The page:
JOSH WALL'S PAROLE BOARD DIMINISHES PUBLIC SAFETY
GOOD MEN ARE DYING IN PRISON
DOES THIS SERVE THE WELFARE OF SOCIETY
Josh Wall has decimated the public safety protection of parole supervision. His anger toward prisoners does not allow him to see real rehabilitation in men. He considers himself a new trial judge and retries cases without a jury or constitutional protections. The results of his dire retribution will be angry men being released directly to the streets of your cities and towns. When parole eligible men, especially lifers, are forced to live in hopelessness in prison, that hopelessness permeates the entire prison population. Low level drug dealers are then instilled with such anger and fear that they return to prison as murderers. Josh Wall hates hope and loves fear. Prosecutors like Josh Wall make their living off of the continuation of crime. If men are rehabilitated this could inhibit the planned upon decades of jobs for the families of these failed public servants. When did the public forget that the job of their servants is to work to reduce crime? How does Josh Wall get away with ignoring the fact that other countries have proven parole systems which reduce crime, enhance public safety, and work to continue to support the offender upon release? Josh Wall's parole board cares nothing about success. He tortures families, both offender and victim families, by delaying decisions for over a year. He routinely disrespects family members who come to hearings to testify about the real changes they have seen in their loved ones. Josh Wall MUST be removed from the parole board.
JUVENILE LIFE WITHOUT PAROLE
The Governor wants to convert the first degree, life without parole, sentences of juveniles to second degree life sentences with parole eligibility after 15 years. This is the same DEATH SENTENCE that the first degree sentence afforded them. Why? Because of Josh Wall and his desire to retry every case before him. These juvenile offenders will be convicted all over again by Mr. Wall. He will ignore the scientific facts revealed in Miller v. Alabam, which is what sparked the Governor's desire to author the bill in the first place. These kids, which science has PROVEN could not be fully culpable for their actions, will be forced to die in prison because of Josh Wall's desire to be king. May God forgive him for his evil intent. The Governor CANNOT allow this. These juvenile offenders must be afforded a MEANINGFUL OPPORTUNITY FOR RELEASE and to have Josh Wall in charge of these kids will ensure they are old and gray before they are released. Josh Wall MUST be removed from the parole board.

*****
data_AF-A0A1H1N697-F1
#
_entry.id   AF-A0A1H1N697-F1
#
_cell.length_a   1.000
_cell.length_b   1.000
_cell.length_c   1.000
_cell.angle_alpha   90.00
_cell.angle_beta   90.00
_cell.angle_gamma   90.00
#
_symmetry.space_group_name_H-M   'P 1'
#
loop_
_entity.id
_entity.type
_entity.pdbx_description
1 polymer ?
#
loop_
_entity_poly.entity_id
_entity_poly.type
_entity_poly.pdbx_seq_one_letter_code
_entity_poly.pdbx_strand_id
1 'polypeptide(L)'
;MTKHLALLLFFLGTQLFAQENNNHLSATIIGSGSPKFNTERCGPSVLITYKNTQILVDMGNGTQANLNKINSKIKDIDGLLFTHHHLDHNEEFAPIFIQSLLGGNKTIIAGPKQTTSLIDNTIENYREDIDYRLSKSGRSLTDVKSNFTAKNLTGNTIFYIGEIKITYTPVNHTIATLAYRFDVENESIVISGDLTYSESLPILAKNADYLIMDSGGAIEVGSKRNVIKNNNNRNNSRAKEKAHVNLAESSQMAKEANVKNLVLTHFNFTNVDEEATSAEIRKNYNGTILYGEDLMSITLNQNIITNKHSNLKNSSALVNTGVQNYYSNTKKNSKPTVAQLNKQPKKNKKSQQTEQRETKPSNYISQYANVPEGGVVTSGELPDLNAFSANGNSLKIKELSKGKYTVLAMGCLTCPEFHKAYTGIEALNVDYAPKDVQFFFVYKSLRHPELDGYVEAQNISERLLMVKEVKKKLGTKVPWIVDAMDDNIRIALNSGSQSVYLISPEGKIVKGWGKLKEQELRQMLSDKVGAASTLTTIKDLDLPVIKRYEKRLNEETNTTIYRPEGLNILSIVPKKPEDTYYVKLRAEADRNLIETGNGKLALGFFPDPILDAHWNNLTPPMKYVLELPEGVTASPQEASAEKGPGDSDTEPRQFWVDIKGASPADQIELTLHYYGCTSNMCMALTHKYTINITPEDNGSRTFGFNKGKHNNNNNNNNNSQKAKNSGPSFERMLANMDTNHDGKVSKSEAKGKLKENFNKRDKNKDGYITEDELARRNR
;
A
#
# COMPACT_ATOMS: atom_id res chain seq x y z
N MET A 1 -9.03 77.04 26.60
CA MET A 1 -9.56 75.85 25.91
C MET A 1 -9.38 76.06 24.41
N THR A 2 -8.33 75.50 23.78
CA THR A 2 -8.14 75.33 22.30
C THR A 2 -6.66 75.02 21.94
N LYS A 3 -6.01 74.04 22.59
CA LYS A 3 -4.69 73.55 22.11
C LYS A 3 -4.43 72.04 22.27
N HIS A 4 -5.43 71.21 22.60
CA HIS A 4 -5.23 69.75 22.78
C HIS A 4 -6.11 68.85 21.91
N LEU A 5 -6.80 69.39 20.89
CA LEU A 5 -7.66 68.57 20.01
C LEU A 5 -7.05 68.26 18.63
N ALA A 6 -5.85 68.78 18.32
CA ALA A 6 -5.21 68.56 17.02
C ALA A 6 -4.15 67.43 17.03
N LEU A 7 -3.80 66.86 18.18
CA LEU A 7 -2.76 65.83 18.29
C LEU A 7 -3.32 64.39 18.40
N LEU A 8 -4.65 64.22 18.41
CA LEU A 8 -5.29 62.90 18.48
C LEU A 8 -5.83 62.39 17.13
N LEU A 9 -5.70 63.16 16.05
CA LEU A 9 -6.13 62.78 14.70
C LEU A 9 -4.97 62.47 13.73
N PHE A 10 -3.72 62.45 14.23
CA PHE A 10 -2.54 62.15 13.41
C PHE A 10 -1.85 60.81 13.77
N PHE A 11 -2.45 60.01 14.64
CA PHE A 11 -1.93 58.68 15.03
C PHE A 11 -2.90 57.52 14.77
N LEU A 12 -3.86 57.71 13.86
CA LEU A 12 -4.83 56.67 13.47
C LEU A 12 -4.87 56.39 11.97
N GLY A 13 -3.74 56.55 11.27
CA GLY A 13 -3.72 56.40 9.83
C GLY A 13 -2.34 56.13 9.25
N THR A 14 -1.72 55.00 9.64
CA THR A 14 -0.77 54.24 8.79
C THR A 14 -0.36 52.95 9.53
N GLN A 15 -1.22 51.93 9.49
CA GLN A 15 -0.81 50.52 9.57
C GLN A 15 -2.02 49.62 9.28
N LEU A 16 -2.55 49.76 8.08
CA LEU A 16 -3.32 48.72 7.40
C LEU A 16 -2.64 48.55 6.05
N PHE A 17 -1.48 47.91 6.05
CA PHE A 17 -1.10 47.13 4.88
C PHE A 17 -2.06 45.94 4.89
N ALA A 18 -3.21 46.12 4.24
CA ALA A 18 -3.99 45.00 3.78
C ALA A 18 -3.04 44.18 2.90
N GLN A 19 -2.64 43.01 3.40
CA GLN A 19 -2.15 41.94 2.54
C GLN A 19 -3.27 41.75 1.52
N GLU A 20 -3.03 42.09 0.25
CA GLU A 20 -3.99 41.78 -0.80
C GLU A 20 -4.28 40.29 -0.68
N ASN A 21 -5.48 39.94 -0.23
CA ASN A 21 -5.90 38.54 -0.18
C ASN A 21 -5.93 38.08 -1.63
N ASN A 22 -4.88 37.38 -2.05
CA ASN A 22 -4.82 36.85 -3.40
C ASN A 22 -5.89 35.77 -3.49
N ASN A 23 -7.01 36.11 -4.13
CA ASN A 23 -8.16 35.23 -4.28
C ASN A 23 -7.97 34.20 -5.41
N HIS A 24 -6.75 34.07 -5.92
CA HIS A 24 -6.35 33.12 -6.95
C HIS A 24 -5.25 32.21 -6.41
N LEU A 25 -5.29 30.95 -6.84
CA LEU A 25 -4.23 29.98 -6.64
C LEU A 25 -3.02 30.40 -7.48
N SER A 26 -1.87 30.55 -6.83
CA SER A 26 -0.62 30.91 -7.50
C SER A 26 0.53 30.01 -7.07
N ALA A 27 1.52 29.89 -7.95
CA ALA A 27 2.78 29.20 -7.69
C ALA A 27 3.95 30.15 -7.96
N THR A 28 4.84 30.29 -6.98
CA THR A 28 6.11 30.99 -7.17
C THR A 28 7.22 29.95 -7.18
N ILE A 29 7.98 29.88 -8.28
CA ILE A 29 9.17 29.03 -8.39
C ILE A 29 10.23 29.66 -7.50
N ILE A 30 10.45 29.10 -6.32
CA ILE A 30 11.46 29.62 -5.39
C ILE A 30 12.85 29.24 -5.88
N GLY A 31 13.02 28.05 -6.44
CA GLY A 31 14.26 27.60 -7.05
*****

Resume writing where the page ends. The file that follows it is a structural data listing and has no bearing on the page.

MEN WHO HAVE TRULY REHABILITATED - JOSH WALL *CANNOT* SEE IT - YOU WILL SUFFER
Frank Soffen is featured in depth on my blog. He is dying - slowly and painfully. Frank sought a medical parole (he has been eligible for parole since 1987) but Josh Wall retried Frank's case, talked about d-reports, and fully ignored the fact that Frank is wheelchair bound and cannot even hold an ink pen. When we asked Mr. Wall to reconsider his decision based on his ever worsening medical conditions, but Mr. Wall denied Frank's plea with two words, "No Merit". This evil utterance resonates in hell. Josh Wall needs to be removed from the parole board.
You will find the decision from Hung's 2010 parole hearing, at which he was granted parole, as well as from his 2012 hearing before Josh Wall. All Hung did to be brought back to prison was drink some of his sister in law's cough syrup which had codeine in it! Hung was working under the table (for $4.00 per hour) in order to pay a lawyer so he could get his work permit. Josh Wall branded him a "liar" because of this! Josh Wall is making him spend four (4) more years, at least, in prison for drinking cough syrup. Please read his parole decisions herein.
Wall makes a very troubling statement in his decision: he states that a man can not be rehabilitated in 20 years. Is he kidding? Josh Wall is a threat to public safety, I believe in far more ways than Hung, and Josh Wall MUST be removed from the parole board.